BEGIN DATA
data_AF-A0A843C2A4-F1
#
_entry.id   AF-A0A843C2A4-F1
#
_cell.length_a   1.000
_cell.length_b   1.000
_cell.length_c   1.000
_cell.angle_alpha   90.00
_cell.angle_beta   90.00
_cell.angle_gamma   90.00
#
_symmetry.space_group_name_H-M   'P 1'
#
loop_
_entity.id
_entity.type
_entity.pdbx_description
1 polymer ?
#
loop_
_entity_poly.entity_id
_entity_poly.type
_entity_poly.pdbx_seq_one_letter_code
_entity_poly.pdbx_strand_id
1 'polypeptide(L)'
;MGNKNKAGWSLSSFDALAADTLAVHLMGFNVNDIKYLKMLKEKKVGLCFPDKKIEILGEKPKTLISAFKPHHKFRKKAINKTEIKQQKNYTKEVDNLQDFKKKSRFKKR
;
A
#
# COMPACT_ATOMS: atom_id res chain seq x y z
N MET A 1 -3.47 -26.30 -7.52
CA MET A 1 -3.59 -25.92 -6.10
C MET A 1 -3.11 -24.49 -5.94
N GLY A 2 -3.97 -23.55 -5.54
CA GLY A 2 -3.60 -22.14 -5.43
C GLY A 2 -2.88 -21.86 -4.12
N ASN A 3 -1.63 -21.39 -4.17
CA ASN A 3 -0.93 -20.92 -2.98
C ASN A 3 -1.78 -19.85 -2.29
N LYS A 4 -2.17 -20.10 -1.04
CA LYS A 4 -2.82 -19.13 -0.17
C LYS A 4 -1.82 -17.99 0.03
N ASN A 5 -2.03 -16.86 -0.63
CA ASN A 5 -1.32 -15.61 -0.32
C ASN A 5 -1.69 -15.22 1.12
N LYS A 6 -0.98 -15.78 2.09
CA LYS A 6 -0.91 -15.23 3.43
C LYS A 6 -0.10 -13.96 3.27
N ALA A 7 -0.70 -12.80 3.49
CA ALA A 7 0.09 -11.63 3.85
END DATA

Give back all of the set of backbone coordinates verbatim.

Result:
data_AF-A0A843C2A4-F1
#
_entry.id   AF-A0A843C2A4-F1
#
_cell.length_a   1.000
_cell.length_b   1.000
_cell.length_c   1.000
_cell.angle_alpha   90.00
_cell.angle_beta   90.00
_cell.angle_gamma   90.00
#
_symmetry.space_group_name_H-M   'P 1'
#
loop_
_entity.id
_entity.type
_entity.pdbx_description
1 polymer ?
#
loop_
_entity_poly.entity_id
_entity_poly.type
_entity_poly.pdbx_seq_one_letter_code
_entity_poly.pdbx_strand_id
1 'polypeptide(L)'
;MGNKNKAGWSLSSFDALAADTLAVHLMGFNVNDIKYLKMLKEKKVGLCFPDKKIEILGEKPKTLISAFKPHHKFRKKAINKTEIKQQKNYTKEVDNLQDFKKKSRFKKR
;
A
#
# COMPACT_ATOMS: atom_id res chain seq x y z
N MET A 1 -3.47 -26.30 -7.52
CA MET A 1 -3.59 -25.92 -6.10
C MET A 1 -3.11 -24.49 -5.94
N GLY A 2 -3.97 -23.55 -5.54
CA GLY A 2 -3.60 -22.14 -5.43
C GLY A 2 -2.88 -21.86 -4.12
N ASN A 3 -1.63 -21.39 -4.17
CA ASN A 3 -0.93 -20.92 -2.98
C ASN A 3 -1.78 -19.85 -2.29
N LYS A 4 -2.17 -20.10 -1.04
CA LYS A 4 -2.82 -19.13 -0.17
C LYS A 4 -1.82 -17.99 0.03
N ASN A 5 -2.03 -16.86 -0.63
CA ASN A 5 -1.32 -15.61 -0.32
C ASN A 5 -1.69 -15.22 1.12
N LYS A 6 -0.98 -15.78 2.09
CA LYS A 6 -0.91 -15.23 3.43
C LYS A 6 -0.10 -13.96 3.27
N ALA A 7 -0.70 -12.80 3.49
CA ALA A 7 0.09 -11.63 3.85